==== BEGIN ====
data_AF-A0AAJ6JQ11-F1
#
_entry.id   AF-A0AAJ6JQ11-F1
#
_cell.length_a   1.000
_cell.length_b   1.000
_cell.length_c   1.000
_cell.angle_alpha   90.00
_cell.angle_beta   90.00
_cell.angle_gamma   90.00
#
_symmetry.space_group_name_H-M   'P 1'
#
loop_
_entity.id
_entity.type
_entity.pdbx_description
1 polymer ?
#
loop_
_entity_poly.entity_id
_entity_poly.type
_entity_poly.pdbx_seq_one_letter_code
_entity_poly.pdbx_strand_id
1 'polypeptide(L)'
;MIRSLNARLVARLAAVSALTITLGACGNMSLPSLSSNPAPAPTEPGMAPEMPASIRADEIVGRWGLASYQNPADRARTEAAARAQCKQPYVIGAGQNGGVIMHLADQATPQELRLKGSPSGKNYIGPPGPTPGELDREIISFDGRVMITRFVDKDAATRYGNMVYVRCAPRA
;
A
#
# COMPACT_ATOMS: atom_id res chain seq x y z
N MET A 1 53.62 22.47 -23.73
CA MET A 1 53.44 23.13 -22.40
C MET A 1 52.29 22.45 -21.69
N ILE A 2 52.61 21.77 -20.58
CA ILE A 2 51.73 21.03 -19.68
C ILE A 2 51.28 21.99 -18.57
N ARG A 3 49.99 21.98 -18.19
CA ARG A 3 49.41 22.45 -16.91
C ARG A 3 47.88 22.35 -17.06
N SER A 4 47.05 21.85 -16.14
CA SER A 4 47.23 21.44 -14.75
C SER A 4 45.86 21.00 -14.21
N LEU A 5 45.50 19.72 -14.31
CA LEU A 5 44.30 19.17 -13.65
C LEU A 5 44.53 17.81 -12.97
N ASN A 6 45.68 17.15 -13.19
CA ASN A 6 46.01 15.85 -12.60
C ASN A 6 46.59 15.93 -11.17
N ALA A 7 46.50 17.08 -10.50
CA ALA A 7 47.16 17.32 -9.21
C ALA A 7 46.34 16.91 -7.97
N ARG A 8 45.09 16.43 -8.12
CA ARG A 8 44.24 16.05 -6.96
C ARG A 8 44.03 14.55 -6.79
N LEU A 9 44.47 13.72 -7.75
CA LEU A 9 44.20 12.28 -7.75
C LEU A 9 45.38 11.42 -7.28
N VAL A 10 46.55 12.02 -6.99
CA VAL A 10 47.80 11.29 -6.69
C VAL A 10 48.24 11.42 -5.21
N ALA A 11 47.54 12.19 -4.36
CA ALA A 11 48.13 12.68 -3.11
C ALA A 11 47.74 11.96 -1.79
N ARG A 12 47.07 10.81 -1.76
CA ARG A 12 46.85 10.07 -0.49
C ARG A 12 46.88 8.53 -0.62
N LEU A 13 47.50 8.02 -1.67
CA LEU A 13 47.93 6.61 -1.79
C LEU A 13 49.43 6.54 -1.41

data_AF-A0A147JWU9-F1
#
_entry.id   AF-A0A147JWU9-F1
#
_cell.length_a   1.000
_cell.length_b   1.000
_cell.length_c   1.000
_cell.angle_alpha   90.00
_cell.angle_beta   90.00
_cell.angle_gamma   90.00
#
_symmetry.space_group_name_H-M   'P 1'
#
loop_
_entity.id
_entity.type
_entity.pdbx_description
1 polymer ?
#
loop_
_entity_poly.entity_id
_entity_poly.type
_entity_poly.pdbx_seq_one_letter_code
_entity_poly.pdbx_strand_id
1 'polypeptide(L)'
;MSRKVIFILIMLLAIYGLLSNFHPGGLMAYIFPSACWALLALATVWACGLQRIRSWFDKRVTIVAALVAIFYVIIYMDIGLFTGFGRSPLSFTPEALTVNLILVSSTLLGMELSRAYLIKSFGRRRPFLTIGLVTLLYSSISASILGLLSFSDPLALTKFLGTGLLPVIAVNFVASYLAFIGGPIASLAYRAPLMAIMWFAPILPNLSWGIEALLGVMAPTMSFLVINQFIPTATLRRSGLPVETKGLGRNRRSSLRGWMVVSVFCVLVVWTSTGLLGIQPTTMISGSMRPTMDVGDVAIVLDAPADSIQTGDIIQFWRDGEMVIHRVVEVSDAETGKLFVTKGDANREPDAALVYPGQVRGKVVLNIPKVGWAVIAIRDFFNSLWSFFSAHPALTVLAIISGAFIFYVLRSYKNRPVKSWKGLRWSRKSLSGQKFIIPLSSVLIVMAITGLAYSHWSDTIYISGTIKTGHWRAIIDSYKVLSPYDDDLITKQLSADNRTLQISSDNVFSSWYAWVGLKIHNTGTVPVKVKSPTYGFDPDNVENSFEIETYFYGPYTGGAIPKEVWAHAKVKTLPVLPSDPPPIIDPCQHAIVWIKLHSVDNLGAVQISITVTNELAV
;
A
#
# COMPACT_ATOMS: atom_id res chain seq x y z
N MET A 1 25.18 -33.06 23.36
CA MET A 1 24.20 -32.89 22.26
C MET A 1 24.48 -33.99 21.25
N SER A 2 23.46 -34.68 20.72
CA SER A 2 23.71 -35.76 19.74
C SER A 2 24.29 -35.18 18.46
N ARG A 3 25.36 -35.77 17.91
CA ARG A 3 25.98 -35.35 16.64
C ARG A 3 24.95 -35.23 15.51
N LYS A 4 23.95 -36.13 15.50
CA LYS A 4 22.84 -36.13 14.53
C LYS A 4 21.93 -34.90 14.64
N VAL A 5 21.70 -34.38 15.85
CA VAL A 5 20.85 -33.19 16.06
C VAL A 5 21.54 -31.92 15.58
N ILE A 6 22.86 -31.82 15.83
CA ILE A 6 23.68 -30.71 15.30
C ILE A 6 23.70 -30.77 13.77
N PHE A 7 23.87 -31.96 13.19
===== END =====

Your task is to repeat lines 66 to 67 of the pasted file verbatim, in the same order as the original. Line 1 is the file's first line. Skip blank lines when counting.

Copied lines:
C ARG A 12 46.88 8.53 -0.62
N LEU A 13 47.50 8.02 -1.67